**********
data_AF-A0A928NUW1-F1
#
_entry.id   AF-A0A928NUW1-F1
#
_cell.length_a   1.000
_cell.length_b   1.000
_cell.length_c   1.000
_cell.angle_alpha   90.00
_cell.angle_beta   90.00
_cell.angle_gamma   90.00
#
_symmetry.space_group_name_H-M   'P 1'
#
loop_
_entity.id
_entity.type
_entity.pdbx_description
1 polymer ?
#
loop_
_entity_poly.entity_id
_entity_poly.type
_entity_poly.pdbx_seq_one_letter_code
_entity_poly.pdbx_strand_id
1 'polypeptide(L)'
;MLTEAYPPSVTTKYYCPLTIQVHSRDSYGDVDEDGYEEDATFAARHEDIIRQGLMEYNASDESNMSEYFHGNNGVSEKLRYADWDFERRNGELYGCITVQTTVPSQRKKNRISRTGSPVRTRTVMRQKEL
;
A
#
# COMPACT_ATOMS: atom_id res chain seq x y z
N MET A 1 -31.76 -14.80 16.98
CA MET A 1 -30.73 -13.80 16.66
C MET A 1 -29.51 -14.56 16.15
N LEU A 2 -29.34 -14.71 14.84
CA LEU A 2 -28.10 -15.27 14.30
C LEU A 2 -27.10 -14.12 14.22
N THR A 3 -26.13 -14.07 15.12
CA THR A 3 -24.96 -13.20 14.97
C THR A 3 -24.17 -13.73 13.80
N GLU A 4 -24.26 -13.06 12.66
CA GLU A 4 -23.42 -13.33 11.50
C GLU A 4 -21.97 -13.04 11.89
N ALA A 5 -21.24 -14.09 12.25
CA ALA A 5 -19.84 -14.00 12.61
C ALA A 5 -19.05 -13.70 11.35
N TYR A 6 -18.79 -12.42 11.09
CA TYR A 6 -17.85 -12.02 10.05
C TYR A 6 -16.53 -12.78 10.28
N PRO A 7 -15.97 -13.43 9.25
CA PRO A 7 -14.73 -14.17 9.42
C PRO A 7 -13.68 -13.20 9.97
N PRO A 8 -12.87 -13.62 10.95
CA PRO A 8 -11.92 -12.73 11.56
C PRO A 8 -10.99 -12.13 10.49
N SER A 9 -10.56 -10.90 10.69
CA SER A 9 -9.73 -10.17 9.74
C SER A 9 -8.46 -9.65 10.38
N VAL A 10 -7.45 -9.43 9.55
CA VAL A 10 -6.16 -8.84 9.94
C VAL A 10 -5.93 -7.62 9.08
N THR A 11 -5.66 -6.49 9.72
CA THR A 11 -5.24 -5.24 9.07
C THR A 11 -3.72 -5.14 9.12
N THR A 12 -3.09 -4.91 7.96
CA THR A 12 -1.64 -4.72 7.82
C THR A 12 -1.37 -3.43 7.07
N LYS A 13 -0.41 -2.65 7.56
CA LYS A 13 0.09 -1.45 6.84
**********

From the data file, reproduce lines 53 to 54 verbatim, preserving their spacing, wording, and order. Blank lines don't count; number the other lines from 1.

CA PRO A 8 -11.92 -12.73 11.56
C PRO A 8 -10.99 -12.13 10.49